• Difficulty in accessing past exam papers. Past papers are a very essential resource in preparing for final exams especially in Tanzania but obtaining them is difficult. I wanted to make it easier to obtain these essential resources and with the rapid growth of the internet, an online platform seemed the best and cheapest way to do so.
  • Low computer literacy levels.  Most students use the traditional method where they study with books & pens. On graduating, they’re not familiar with how computers work leading to a low computer literacy level in the country. Computers and the internet is regarded to be a basic skill all employees must possess and lack of these skills may even cost an applicant a job. Using an online platform to access these resources would also improve computer literacy skills among students.

I started building the platform in mid-2015. It was extremely difficult as I faced a lot of resistance and lacked financial resources. I ignored all the negativity and kept focusing on my project. After a few months, I approached a local company and managed to secure support from them. After almost 8 months of hard work, I managed to launch the platform in February 2016. We secured support from a large East African company in October 2016.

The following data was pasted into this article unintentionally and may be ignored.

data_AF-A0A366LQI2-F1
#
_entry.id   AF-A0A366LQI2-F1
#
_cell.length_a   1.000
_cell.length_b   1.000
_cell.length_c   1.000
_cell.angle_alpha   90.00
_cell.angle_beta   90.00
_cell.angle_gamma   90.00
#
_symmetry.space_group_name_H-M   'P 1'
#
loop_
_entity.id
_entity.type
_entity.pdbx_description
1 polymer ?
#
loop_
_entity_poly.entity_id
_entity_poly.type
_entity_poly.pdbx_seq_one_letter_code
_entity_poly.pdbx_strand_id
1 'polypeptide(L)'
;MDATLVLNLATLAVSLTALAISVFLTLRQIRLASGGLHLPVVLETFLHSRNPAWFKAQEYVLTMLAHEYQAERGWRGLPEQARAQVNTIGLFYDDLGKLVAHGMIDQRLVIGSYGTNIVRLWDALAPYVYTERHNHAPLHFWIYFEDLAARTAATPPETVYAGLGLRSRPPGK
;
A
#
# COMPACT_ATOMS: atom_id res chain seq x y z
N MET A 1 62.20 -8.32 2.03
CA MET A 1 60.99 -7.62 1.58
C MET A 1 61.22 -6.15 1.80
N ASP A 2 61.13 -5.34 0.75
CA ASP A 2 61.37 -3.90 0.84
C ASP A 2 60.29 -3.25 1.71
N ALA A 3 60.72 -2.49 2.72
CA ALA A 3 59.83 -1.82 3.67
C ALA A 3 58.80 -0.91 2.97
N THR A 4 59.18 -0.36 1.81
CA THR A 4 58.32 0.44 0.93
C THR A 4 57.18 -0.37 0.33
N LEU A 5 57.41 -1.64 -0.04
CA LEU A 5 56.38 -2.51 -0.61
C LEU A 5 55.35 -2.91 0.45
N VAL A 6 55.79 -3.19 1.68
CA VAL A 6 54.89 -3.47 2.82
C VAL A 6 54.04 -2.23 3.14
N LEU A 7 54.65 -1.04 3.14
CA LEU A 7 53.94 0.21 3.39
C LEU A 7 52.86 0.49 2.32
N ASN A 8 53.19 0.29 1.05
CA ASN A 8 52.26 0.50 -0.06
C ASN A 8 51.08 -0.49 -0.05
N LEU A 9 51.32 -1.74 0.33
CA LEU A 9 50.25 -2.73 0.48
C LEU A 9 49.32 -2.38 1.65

I wanted learners to access technology in preparation for their exams so that they could build confidence and excel. The platform now offers a large range of resources, such as over 140 past papers and more than 450 revision questions. There are also online tests, notes and syllabi available for many different subjects and levels.

What other projects are you involved in?

Volunteering for health screening initiatives in the community, like medical screening camps where we screen thousands of locals for common illnesses. Writing health-related articles on topics like heart disease, HIV, dengue fever and more. Attending health and medical conferences to stay updated and learn more about the healthcare industry and new innovations. I believe this is extremely important for any smart medical professional.

For 2018/19, I’ve been elected for the Tanzania Medical Students Association (TAMSA) to serve as the National Coordinator for the Standing Committee for Medical Education (SCOME). Under SCOME, we regularly hold events to improve the knowledge and understanding of locals as well as medical students on how to identify and deal with common illnesses.

Where do you see yourself in the next 5-10 years?